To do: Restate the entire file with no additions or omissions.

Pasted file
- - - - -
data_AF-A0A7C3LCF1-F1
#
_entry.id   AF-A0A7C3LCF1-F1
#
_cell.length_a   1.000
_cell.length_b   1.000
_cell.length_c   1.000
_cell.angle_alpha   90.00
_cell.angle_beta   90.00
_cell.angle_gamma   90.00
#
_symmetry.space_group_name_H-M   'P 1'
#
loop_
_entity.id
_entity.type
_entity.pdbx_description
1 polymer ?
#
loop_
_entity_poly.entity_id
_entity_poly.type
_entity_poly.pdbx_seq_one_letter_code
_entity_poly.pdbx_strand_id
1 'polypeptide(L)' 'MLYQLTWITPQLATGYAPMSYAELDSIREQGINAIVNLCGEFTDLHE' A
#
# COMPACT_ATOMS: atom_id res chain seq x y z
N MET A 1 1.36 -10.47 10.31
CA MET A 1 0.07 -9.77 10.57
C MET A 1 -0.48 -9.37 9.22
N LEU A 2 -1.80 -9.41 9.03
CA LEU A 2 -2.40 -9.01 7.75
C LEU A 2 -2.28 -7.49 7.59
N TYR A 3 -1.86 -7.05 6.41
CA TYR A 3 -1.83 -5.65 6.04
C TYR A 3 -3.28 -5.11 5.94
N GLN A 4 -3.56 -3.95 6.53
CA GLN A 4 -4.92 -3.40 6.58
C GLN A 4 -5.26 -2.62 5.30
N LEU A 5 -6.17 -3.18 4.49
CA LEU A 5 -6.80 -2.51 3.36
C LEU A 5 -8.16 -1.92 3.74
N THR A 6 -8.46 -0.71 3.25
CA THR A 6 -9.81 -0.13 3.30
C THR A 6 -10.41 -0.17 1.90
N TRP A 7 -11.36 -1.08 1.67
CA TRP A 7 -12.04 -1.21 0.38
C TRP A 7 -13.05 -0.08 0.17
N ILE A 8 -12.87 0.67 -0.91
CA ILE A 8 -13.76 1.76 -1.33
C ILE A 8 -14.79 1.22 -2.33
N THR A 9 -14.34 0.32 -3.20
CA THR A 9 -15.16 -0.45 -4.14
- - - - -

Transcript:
data_AF-A0A7C3LCF1-F1
#
_entry.id   AF-A0A7C3LCF1-F1
#
_cell.length_a   1.000
_cell.length_b   1.000
_cell.length_c   1.000
_cell.angle_alpha   90.00
_cell.angle_beta   90.00
_cell.angle_gamma   90.00
#
_symmetry.space_group_name_H-M   'P 1'
#
loop_
_entity.id
_entity.type
_entity.pdbx_description
1 polymer ?
#
loop_
_entity_poly.entity_id
_entity_poly.type
_entity_poly.pdbx_seq_one_letter_code
_entity_poly.pdbx_strand_id
1 'polypeptide(L)' 'MLYQLTWITPQLATGYAPMSYAELDSIREQGINAIVNLCGEFTDLHE' A
#
# COMPACT_ATOMS: atom_id res chain seq x y z
N MET A 1 1.36 -10.47 10.31
CA MET A 1 0.07 -9.77 10.57
C MET A 1 -0.48 -9.37 9.22
N LEU A 2 -1.80 -9.41 9.03
CA LEU A 2 -2.40 -9.01 7.75
C LEU A 2 -2.28 -7.49 7.59
N TYR A 3 -1.86 -7.05 6.41
CA TYR A 3 -1.83 -5.65 6.04
C TYR A 3 -3.28 -5.11 5.94
N GLN A 4 -3.56 -3.95 6.53
CA GLN A 4 -4.92 -3.40 6.58
C GLN A 4 -5.26 -2.62 5.30
N LEU A 5 -6.17 -3.18 4.49
CA LEU A 5 -6.80 -2.51 3.36
C LEU A 5 -8.16 -1.92 3.74
N THR A 6 -8.46 -0.71 3.25
CA THR A 6 -9.81 -0.13 3.30
C THR A 6 -10.41 -0.17 1.90
N TRP A 7 -11.36 -1.08 1.67
CA TRP A 7 -12.04 -1.21 0.38
C TRP A 7 -13.05 -0.08 0.17
N ILE A 8 -12.87 0.67 -0.91
CA ILE A 8 -13.76 1.76 -1.33
C ILE A 8 -14.79 1.22 -2.33
N THR A 9 -14.34 0.32 -3.20
CA THR A 9 -15.16 -0.45 -4.14